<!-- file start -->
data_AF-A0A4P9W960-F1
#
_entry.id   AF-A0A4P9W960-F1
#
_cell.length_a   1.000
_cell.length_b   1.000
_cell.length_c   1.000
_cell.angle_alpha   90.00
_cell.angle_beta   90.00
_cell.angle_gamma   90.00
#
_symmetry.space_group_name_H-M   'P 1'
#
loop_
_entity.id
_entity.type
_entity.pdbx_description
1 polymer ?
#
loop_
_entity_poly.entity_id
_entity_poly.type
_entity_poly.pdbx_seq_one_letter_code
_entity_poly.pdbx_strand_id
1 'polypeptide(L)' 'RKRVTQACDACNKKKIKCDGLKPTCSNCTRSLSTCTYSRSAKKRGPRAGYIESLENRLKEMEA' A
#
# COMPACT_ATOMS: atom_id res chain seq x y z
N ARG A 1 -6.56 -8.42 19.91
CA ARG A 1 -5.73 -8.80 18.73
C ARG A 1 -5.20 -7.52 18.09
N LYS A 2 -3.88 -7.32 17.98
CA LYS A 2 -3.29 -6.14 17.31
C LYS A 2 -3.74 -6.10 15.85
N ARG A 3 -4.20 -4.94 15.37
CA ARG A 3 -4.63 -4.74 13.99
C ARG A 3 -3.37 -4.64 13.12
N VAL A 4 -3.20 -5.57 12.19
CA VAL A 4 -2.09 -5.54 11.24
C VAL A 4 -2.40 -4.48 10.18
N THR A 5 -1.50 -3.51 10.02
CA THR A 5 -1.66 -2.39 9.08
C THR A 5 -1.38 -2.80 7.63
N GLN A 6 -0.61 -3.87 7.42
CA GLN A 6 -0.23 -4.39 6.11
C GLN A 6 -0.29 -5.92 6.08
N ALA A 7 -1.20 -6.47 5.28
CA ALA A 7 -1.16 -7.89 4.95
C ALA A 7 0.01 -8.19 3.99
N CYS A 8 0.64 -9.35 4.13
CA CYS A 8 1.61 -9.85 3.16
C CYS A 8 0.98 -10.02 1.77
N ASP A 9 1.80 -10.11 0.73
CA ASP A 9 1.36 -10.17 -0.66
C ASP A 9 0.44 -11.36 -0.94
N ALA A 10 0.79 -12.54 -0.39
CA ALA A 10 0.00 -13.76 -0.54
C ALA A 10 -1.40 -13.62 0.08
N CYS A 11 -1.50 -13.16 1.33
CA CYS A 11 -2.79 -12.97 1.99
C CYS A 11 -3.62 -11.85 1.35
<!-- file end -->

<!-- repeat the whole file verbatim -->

data_AF-A0A4P9W960-F1
#
_entry.id   AF-A0A4P9W960-F1
#
_cell.length_a   1.000
_cell.length_b   1.000
_cell.length_c   1.000
_cell.angle_alpha   90.00
_cell.angle_beta   90.00
_cell.angle_gamma   90.00
#
_symmetry.space_group_name_H-M   'P 1'
#
loop_
_entity.id
_entity.type
_entity.pdbx_description
1 polymer ?
#
loop_
_entity_poly.entity_id
_entity_poly.type
_entity_poly.pdbx_seq_one_letter_code
_entity_poly.pdbx_strand_id
1 'polypeptide(L)' 'RKRVTQACDACNKKKIKCDGLKPTCSNCTRSLSTCTYSRSAKKRGPRAGYIESLENRLKEMEA' A
#
# COMPACT_ATOMS: atom_id res chain seq x y z
N ARG A 1 -6.56 -8.42 19.91
CA ARG A 1 -5.73 -8.80 18.73
C ARG A 1 -5.20 -7.52 18.09
N LYS A 2 -3.88 -7.32 17.98
CA LYS A 2 -3.29 -6.14 17.31
C LYS A 2 -3.74 -6.10 15.85
N ARG A 3 -4.20 -4.94 15.37
CA ARG A 3 -4.63 -4.74 13.99
C ARG A 3 -3.37 -4.64 13.12
N VAL A 4 -3.20 -5.57 12.19
CA VAL A 4 -2.09 -5.54 11.24
C VAL A 4 -2.40 -4.48 10.18
N THR A 5 -1.50 -3.51 10.02
CA THR A 5 -1.66 -2.39 9.08
C THR A 5 -1.38 -2.80 7.63
N GLN A 6 -0.61 -3.87 7.42
CA GLN A 6 -0.23 -4.39 6.11
C GLN A 6 -0.29 -5.92 6.08
N ALA A 7 -1.20 -6.47 5.28
CA ALA A 7 -1.16 -7.89 4.95
C ALA A 7 0.01 -8.19 3.99
N CYS A 8 0.64 -9.35 4.13
CA CYS A 8 1.61 -9.85 3.16
C CYS A 8 0.98 -10.02 1.77
N ASP A 9 1.80 -10.11 0.73
CA ASP A 9 1.36 -10.17 -0.66
C ASP A 9 0.44 -11.36 -0.94
N ALA A 10 0.79 -12.54 -0.39
CA ALA A 10 0.00 -13.76 -0.54
C ALA A 10 -1.40 -13.62 0.08
N CYS A 11 -1.50 -13.16 1.33
CA CYS A 11 -2.79 -12.97 1.99
C CYS A 11 -3.62 -11.85 1.35